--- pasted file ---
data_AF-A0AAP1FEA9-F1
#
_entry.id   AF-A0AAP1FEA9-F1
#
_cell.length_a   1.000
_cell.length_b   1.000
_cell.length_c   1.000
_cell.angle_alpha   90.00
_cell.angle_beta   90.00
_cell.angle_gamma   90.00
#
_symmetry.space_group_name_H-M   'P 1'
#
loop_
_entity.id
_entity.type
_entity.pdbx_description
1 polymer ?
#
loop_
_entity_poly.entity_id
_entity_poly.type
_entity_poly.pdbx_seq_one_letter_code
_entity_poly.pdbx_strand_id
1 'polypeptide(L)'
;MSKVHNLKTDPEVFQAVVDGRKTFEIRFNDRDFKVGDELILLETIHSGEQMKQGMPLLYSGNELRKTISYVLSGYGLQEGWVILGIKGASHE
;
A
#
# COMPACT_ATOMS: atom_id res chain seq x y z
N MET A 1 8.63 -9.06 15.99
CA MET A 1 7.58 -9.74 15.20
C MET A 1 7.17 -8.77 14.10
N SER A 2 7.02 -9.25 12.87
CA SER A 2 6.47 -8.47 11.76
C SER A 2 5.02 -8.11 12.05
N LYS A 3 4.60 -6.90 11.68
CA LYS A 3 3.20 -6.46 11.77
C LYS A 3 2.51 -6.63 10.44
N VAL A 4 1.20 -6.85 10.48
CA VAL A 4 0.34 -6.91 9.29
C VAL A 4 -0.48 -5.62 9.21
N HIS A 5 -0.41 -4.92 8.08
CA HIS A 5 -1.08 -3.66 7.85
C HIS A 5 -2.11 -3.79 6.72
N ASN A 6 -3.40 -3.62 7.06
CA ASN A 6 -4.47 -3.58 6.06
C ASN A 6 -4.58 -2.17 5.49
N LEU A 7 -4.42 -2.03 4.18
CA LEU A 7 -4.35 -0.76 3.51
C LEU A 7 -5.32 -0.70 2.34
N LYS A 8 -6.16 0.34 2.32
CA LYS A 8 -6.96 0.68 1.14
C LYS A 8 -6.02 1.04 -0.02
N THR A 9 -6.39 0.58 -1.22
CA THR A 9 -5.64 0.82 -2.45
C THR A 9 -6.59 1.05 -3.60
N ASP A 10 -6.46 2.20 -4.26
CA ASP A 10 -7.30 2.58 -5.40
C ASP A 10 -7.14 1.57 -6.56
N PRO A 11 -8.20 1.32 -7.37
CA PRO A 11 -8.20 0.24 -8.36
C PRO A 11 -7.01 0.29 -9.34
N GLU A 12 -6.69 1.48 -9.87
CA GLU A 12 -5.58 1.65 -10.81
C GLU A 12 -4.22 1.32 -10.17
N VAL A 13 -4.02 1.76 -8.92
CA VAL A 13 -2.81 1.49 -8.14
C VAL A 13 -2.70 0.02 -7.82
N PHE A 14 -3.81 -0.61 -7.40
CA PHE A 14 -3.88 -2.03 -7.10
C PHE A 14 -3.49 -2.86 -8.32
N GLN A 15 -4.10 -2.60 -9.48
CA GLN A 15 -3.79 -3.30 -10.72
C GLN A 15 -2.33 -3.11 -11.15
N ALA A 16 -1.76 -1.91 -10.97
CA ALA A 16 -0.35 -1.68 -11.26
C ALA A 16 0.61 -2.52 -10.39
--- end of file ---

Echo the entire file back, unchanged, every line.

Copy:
data_AF-A0AAP1FEA9-F1
#
_entry.id   AF-A0AAP1FEA9-F1
#
_cell.length_a   1.000
_cell.length_b   1.000
_cell.length_c   1.000
_cell.angle_alpha   90.00
_cell.angle_beta   90.00
_cell.angle_gamma   90.00
#
_symmetry.space_group_name_H-M   'P 1'
#
loop_
_entity.id
_entity.type
_entity.pdbx_description
1 polymer ?
#
loop_
_entity_poly.entity_id
_entity_poly.type
_entity_poly.pdbx_seq_one_letter_code
_entity_poly.pdbx_strand_id
1 'polypeptide(L)'
;MSKVHNLKTDPEVFQAVVDGRKTFEIRFNDRDFKVGDELILLETIHSGEQMKQGMPLLYSGNELRKTISYVLSGYGLQEGWVILGIKGASHE
;
A
#
# COMPACT_ATOMS: atom_id res chain seq x y z
N MET A 1 8.63 -9.06 15.99
CA MET A 1 7.58 -9.74 15.20
C MET A 1 7.17 -8.77 14.10
N SER A 2 7.02 -9.25 12.87
CA SER A 2 6.47 -8.47 11.76
C SER A 2 5.02 -8.11 12.05
N LYS A 3 4.60 -6.90 11.68
CA LYS A 3 3.20 -6.46 11.77
C LYS A 3 2.51 -6.63 10.44
N VAL A 4 1.20 -6.85 10.48
CA VAL A 4 0.34 -6.91 9.29
C VAL A 4 -0.48 -5.62 9.21
N HIS A 5 -0.41 -4.92 8.08
CA HIS A 5 -1.08 -3.66 7.85
C HIS A 5 -2.11 -3.79 6.72
N ASN A 6 -3.40 -3.62 7.06
CA ASN A 6 -4.47 -3.58 6.06
C ASN A 6 -4.58 -2.17 5.49
N LEU A 7 -4.42 -2.03 4.18
CA LEU A 7 -4.35 -0.76 3.51
C LEU A 7 -5.32 -0.70 2.34
N LYS A 8 -6.16 0.34 2.32
CA LYS A 8 -6.96 0.68 1.14
C LYS A 8 -6.02 1.04 -0.02
N THR A 9 -6.39 0.58 -1.22
CA THR A 9 -5.64 0.82 -2.45
C THR A 9 -6.59 1.05 -3.60
N ASP A 10 -6.46 2.20 -4.26
CA ASP A 10 -7.30 2.58 -5.40
C ASP A 10 -7.14 1.57 -6.56
N PRO A 11 -8.20 1.32 -7.37
CA PRO A 11 -8.20 0.24 -8.36
C PRO A 11 -7.01 0.29 -9.34
N GLU A 12 -6.69 1.48 -9.87
CA GLU A 12 -5.58 1.65 -10.81
C GLU A 12 -4.22 1.32 -10.17
N VAL A 13 -4.02 1.76 -8.92
CA VAL A 13 -2.81 1.49 -8.14
C VAL A 13 -2.70 0.02 -7.82
N PHE A 14 -3.81 -0.61 -7.40
CA PHE A 14 -3.88 -2.03 -7.10
C PHE A 14 -3.49 -2.86 -8.32
N GLN A 15 -4.10 -2.60 -9.48
CA GLN A 15 -3.79 -3.30 -10.72
C GLN A 15 -2.33 -3.11 -11.15
N ALA A 16 -1.76 -1.91 -10.97
CA ALA A 16 -0.35 -1.68 -11.26
C ALA A 16 0.61 -2.52 -10.39